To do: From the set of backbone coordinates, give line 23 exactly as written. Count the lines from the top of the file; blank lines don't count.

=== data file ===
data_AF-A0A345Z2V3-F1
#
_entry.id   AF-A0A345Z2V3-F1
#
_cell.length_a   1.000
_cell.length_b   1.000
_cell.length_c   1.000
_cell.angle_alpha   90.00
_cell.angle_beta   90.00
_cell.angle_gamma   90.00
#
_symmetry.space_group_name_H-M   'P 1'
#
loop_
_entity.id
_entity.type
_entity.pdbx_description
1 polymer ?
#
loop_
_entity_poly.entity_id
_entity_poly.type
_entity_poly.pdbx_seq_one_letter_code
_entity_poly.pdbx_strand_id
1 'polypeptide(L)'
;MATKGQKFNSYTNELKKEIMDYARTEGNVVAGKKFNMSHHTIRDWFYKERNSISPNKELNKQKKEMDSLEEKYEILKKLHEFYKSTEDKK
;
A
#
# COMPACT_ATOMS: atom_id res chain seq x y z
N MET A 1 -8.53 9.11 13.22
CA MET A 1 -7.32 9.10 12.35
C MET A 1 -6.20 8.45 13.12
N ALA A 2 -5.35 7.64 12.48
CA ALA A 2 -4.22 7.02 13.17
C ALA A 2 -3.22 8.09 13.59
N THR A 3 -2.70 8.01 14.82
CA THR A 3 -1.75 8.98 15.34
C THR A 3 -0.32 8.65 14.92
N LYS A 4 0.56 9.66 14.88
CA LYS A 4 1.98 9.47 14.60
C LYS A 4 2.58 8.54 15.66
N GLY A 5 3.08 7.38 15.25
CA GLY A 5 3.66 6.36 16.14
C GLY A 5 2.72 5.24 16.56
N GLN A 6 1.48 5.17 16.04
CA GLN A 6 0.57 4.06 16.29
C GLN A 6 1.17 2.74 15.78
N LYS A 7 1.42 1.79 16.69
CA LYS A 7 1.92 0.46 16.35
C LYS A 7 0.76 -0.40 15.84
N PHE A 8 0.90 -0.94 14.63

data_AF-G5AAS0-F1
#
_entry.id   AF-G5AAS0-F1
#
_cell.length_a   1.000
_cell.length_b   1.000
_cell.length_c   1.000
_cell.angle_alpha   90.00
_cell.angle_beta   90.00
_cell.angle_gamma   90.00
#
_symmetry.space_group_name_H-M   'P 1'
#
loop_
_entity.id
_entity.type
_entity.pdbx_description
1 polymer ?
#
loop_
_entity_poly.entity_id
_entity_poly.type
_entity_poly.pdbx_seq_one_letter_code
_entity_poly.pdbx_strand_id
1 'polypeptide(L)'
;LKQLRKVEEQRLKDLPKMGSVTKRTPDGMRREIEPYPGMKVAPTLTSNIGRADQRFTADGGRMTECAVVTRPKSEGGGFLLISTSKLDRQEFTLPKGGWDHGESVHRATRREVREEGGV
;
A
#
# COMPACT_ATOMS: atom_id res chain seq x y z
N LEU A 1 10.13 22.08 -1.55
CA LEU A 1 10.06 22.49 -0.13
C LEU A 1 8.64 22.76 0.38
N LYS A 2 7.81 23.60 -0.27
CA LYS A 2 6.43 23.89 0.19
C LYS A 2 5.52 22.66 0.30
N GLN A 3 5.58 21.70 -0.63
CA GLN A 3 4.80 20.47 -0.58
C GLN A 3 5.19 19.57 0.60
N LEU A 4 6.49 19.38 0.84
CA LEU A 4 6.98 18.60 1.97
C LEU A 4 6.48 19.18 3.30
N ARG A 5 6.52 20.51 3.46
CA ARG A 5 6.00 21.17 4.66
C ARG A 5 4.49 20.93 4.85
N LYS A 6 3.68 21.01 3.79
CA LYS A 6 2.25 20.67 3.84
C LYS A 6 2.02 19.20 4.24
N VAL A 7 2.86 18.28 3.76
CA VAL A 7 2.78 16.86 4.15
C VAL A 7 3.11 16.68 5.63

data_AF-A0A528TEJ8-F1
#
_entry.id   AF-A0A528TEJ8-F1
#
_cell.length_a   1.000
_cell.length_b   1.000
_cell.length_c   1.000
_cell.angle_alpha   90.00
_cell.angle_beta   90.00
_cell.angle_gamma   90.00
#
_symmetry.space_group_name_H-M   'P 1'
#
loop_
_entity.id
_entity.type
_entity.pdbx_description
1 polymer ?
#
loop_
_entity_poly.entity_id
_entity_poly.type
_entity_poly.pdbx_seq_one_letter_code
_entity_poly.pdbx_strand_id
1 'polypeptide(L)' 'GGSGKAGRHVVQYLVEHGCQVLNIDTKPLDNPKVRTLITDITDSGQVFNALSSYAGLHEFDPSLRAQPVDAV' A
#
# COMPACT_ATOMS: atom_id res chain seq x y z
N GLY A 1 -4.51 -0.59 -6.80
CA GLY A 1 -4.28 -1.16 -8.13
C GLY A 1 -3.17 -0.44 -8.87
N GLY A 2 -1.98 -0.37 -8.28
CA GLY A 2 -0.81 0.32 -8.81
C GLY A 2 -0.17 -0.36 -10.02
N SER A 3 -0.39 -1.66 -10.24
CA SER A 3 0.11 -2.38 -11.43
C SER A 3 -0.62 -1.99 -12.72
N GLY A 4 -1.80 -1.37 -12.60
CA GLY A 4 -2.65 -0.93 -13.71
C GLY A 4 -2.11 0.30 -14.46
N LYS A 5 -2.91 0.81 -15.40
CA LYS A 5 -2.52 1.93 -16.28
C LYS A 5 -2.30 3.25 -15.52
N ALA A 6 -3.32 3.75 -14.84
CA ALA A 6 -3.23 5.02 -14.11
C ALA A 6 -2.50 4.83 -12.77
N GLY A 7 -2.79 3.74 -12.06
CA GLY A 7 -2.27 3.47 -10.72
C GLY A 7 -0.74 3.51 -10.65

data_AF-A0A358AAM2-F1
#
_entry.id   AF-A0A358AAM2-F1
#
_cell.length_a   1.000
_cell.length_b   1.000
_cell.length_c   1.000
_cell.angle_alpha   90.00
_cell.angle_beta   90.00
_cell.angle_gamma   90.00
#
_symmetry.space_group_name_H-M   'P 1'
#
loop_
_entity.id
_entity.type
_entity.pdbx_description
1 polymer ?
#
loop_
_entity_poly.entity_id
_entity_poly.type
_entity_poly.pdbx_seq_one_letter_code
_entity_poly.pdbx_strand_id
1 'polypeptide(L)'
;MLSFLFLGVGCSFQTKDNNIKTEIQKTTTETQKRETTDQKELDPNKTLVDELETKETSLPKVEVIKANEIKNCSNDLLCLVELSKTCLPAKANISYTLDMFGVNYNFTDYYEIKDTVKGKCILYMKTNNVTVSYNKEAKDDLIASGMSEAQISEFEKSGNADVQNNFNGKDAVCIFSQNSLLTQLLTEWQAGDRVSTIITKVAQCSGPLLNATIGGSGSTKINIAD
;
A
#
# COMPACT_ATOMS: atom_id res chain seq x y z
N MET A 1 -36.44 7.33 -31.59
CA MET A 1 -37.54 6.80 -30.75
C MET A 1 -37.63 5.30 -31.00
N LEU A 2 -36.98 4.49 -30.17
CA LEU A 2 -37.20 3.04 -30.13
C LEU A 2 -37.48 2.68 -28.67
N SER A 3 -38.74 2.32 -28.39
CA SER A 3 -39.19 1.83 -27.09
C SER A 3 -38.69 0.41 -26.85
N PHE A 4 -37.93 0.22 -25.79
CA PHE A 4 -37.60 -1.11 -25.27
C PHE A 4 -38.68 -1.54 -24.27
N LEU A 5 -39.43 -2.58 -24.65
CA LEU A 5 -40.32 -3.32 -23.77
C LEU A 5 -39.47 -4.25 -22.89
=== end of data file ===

_entity_poly.pdbx_seq_one_letter_code